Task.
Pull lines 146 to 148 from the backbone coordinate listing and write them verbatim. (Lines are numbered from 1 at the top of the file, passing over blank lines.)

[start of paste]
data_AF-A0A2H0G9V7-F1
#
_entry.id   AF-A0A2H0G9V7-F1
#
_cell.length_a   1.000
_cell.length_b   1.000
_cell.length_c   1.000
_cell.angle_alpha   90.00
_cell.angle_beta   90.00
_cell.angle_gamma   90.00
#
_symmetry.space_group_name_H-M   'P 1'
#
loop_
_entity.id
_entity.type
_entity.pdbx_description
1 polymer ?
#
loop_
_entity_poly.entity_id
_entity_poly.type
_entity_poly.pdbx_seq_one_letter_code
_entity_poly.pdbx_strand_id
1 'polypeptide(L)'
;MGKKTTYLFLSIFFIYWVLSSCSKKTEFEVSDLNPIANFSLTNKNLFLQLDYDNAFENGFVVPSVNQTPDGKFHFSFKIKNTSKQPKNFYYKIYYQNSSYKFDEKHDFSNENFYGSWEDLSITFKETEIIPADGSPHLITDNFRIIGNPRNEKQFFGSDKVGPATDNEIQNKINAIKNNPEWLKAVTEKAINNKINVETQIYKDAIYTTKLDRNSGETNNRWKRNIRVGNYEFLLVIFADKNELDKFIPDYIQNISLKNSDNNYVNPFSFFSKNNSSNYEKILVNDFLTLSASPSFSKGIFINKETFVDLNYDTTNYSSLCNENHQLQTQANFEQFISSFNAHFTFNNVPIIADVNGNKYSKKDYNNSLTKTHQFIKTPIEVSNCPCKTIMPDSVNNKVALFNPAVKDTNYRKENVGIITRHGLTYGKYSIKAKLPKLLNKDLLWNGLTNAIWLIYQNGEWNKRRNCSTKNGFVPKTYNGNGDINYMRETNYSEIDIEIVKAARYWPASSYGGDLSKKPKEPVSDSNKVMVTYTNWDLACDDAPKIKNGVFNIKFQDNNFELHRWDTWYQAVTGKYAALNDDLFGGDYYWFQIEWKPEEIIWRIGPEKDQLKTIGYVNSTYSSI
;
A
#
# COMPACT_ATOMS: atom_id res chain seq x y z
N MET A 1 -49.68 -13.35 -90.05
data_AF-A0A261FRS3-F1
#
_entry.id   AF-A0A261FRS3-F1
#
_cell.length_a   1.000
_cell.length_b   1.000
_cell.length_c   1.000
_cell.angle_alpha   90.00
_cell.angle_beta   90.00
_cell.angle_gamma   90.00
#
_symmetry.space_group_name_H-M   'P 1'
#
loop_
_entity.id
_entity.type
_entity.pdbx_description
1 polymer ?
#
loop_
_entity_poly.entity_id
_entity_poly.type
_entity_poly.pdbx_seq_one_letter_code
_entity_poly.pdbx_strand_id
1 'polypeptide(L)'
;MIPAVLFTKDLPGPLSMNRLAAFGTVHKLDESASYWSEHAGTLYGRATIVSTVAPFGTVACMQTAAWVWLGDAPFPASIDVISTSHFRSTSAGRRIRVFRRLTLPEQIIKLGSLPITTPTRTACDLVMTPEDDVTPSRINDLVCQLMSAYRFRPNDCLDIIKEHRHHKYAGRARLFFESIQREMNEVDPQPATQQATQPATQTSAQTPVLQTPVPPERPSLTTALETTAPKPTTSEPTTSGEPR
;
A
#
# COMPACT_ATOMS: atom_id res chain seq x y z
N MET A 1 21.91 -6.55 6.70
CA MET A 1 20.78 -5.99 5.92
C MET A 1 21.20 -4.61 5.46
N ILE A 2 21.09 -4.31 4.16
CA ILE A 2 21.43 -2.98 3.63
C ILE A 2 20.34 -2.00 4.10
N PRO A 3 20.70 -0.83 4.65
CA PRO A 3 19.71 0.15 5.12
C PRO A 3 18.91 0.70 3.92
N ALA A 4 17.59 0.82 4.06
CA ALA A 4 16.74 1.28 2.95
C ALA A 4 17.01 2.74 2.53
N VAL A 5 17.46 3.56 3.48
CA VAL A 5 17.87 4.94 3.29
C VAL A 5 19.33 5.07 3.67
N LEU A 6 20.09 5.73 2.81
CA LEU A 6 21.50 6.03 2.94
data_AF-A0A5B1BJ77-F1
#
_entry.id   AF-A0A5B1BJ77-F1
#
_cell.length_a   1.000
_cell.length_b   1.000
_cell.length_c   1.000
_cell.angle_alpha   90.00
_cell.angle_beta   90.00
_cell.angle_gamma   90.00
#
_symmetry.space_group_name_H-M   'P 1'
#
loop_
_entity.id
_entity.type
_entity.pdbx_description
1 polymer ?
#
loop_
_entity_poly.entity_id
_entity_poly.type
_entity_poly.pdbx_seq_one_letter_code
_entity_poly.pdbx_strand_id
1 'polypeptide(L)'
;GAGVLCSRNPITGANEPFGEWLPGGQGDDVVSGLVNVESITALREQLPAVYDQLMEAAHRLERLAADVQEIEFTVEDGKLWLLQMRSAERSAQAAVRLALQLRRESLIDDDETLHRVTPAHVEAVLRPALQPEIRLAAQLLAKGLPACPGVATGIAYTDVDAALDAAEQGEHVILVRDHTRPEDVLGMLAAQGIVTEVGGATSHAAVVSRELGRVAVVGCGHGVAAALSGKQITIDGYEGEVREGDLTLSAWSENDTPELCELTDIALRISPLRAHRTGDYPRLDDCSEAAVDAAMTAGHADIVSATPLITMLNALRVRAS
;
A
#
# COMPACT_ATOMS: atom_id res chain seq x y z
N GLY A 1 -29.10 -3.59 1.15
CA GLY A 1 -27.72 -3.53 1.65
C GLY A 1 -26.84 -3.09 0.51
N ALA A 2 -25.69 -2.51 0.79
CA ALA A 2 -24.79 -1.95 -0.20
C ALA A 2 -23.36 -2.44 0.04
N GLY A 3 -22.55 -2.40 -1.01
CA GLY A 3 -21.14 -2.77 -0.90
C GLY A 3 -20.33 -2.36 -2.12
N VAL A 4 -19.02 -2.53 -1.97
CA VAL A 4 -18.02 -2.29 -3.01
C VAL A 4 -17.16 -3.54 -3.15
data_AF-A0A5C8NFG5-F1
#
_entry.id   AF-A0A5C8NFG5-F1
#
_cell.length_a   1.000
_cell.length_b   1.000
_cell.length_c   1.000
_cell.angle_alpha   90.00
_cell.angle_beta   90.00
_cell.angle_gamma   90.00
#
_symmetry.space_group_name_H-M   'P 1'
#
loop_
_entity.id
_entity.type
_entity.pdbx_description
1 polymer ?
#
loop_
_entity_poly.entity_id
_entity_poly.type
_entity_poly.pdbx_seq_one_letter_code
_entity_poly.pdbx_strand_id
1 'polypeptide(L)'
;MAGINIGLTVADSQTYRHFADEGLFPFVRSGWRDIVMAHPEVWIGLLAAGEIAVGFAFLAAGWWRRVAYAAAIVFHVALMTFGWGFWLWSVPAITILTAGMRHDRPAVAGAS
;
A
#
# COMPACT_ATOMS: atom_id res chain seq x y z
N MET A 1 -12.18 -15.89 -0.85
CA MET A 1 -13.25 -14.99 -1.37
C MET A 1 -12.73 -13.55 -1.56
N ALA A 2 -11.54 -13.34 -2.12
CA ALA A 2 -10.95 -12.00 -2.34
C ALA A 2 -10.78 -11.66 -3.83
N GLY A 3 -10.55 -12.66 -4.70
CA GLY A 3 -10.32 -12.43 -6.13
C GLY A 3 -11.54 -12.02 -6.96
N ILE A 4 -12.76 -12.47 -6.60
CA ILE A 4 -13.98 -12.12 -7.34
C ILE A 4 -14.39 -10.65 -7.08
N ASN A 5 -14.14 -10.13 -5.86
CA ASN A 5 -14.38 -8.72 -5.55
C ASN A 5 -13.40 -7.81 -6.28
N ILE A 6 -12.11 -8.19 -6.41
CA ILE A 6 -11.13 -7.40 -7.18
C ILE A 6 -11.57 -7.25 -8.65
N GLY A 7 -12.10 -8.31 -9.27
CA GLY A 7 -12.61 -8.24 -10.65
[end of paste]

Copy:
;MAGINIGLTVADSQTYRHFADEGLFPFVRSGWRDIVMAHPEVWIGLLAAGEIAVGFAFLAAGWWRRVAYAAAIVFHVALMTFGWGFWLWSVPAITILTAGMRHDRPAVAGAS
;
A